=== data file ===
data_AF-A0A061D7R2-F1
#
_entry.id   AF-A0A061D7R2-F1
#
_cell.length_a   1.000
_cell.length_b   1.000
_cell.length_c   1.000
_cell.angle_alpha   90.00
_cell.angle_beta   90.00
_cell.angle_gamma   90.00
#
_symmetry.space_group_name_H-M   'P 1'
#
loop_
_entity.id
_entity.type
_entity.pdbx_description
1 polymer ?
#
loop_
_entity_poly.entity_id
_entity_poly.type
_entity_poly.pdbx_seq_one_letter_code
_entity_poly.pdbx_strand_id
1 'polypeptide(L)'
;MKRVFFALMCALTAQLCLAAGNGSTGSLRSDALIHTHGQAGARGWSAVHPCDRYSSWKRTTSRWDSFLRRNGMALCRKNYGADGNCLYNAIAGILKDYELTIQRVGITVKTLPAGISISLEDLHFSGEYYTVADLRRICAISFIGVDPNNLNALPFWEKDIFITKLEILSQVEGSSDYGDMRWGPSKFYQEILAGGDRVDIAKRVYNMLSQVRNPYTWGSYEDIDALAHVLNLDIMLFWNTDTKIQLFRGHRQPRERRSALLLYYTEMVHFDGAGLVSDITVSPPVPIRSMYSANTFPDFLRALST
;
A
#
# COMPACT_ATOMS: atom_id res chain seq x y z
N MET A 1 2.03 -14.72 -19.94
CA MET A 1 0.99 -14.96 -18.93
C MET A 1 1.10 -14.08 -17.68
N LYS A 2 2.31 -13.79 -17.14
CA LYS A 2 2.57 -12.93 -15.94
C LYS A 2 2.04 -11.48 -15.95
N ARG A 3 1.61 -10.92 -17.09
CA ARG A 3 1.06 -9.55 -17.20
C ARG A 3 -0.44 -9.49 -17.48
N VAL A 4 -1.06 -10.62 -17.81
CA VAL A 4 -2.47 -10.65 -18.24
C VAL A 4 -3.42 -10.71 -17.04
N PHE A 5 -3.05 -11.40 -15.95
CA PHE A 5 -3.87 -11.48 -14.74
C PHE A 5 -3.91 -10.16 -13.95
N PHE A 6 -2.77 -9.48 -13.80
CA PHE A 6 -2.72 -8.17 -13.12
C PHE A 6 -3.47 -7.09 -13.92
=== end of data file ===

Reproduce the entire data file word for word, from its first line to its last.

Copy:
data_AF-A0A061D7R2-F1
#
_entry.id   AF-A0A061D7R2-F1
#
_cell.length_a   1.000
_cell.length_b   1.000
_cell.length_c   1.000
_cell.angle_alpha   90.00
_cell.angle_beta   90.00
_cell.angle_gamma   90.00
#
_symmetry.space_group_name_H-M   'P 1'
#
loop_
_entity.id
_entity.type
_entity.pdbx_description
1 polymer ?
#
loop_
_entity_poly.entity_id
_entity_poly.type
_entity_poly.pdbx_seq_one_letter_code
_entity_poly.pdbx_strand_id
1 'polypeptide(L)'
;MKRVFFALMCALTAQLCLAAGNGSTGSLRSDALIHTHGQAGARGWSAVHPCDRYSSWKRTTSRWDSFLRRNGMALCRKNYGADGNCLYNAIAGILKDYELTIQRVGITVKTLPAGISISLEDLHFSGEYYTVADLRRICAISFIGVDPNNLNALPFWEKDIFITKLEILSQVEGSSDYGDMRWGPSKFYQEILAGGDRVDIAKRVYNMLSQVRNPYTWGSYEDIDALAHVLNLDIMLFWNTDTKIQLFRGHRQPRERRSALLLYYTEMVHFDGAGLVSDITVSPPVPIRSMYSANTFPDFLRALST
;
A
#
# COMPACT_ATOMS: atom_id res chain seq x y z
N MET A 1 2.03 -14.72 -19.94
CA MET A 1 0.99 -14.96 -18.93
C MET A 1 1.10 -14.08 -17.68
N LYS A 2 2.31 -13.79 -17.14
CA LYS A 2 2.57 -12.93 -15.94
C LYS A 2 2.04 -11.48 -15.95
N ARG A 3 1.61 -10.92 -17.09
CA ARG A 3 1.06 -9.55 -17.20
C ARG A 3 -0.44 -9.49 -17.48
N VAL A 4 -1.06 -10.62 -17.81
CA VAL A 4 -2.47 -10.65 -18.24
C VAL A 4 -3.42 -10.71 -17.04
N PHE A 5 -3.05 -11.40 -15.95
CA PHE A 5 -3.87 -11.48 -14.74
C PHE A 5 -3.91 -10.16 -13.95
N PHE A 6 -2.77 -9.48 -13.80
CA PHE A 6 -2.72 -8.17 -13.12
C PHE A 6 -3.47 -7.09 -13.92